Fringe : Season 3 : Episode 13 : “Immortality”
Over in Universe-2, it appears that the Fringe team has just as much trouble with rogue scientists as their Universe-1 counterparts. Somebody is experimenting on humans, and since that somebody is not Walternate the government will be breaking down his door in short order. There’s actually some science to talk about this week – mostly historical, but I’ll take it.
Arsenic trioxide (As2O3), seen in the insect lab, is a highly toxic chemical with few direct uses. It is mostly used as a starting reagent to make other things – including several pesticides and animal feed additives, which the lab may have been testing.
Linnaeus-2 appears to have been just as adept as Linnaeus-1, creating an identical taxonomy. Coleoptera is a taxonomic order containing the beetles, and Archostemata is a small, relatively rare, suborder. Skelter beetles do not exist on Earth-1, as does not the Latin name Mansonium boogliosis.
Earth-2’s scientific history is remarkably similar to Earth-1’s. Jonas Salk developed the first safe polio vaccine, and Crick and Watson proposed the double helix structure for DNA. As a chemist, I cannot let a reference to James Watson arise without mentioning that he used (less charitable people would say “stole”) results obtained by Rosalind Franklin and Raymond Gosling, neither of whom were credited favourably in Waston’s account of the discovery. I found his book The Double Helix to be so unprofessional (filled with distasteful accounts of him avoiding work, playing tennis, chasing women and insulting his colleagues) that I gave away my copy in disgust.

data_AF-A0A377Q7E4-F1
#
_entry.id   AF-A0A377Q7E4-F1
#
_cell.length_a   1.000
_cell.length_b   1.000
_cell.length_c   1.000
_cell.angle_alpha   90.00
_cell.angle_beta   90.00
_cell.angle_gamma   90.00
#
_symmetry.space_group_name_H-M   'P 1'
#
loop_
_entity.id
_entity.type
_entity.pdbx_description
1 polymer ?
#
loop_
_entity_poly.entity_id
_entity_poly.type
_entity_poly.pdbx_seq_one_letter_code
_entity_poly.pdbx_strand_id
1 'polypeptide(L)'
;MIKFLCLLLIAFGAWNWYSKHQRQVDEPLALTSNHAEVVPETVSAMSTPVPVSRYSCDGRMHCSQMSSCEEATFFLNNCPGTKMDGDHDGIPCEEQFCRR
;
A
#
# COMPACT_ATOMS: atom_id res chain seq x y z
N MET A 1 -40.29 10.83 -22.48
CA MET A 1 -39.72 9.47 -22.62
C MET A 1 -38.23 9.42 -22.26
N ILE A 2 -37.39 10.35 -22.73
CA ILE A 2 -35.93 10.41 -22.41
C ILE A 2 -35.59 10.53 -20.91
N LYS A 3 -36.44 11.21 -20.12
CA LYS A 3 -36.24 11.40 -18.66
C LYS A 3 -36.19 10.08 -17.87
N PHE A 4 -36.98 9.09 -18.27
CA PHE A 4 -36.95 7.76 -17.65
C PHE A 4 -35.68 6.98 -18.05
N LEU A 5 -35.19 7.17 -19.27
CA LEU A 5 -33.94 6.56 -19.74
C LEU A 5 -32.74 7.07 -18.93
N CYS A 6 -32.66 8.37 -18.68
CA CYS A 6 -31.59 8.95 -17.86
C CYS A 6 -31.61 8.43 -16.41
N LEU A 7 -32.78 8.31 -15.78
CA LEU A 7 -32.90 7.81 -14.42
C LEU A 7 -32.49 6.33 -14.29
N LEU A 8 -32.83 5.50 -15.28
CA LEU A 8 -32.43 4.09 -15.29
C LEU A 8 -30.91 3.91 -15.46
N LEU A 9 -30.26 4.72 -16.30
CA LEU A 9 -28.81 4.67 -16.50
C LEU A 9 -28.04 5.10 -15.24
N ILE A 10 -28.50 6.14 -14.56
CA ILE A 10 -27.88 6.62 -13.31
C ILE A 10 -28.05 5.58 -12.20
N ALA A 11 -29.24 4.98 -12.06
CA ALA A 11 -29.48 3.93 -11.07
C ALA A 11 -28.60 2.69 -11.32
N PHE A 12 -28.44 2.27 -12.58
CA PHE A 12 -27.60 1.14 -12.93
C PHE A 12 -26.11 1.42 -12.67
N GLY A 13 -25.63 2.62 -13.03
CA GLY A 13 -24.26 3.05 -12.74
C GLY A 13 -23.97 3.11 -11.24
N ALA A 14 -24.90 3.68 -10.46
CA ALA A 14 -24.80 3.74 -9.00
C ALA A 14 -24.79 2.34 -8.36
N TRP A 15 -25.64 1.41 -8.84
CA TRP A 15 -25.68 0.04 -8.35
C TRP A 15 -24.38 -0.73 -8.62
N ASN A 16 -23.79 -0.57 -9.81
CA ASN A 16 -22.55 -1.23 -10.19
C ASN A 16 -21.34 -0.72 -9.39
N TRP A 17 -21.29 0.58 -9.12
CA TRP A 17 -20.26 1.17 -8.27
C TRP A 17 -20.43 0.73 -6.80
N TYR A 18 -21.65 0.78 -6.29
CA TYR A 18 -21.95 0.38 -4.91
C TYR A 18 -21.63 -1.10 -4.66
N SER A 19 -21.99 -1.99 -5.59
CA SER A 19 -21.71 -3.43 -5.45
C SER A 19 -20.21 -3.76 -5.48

Nitpick: Walternate refers to his lady friend as “Reiko” (which sounded like “Noriko” to me, but I’ll defer to the A. V. Club review), suggesting that she is Japanese. This conflicts with her Chinese accent (which may yet come to be known as the Memoirs of a Geisha effect) – perhaps China invaded and occupied Japan in Earth-2’s WWII?
On Earth-2, industrial freezers are made to lock people in! Fortuitously, Agent Lee finds a container of liquid nitrogen and freezes the door handle to escape – forgetting that using an asphyxiating gas in a closed space is a great way to kill yourself. Perhaps he was desperate, and reasoned that he’d freeze if he didn’t risk it. But if Dr. Silva was working alone and in secret, why did he need a sign on the door to remind himself how to get out?
Fringe first: a medicine question I actually have some experience in! Metrifonate is an anti-parasitic on Earth-1 too, and used to be used to treat schistosomiasis. The current treatment of choice is Praziquantel, which I had to take the last time I was in Kenya and comes in absolutely enormous pills.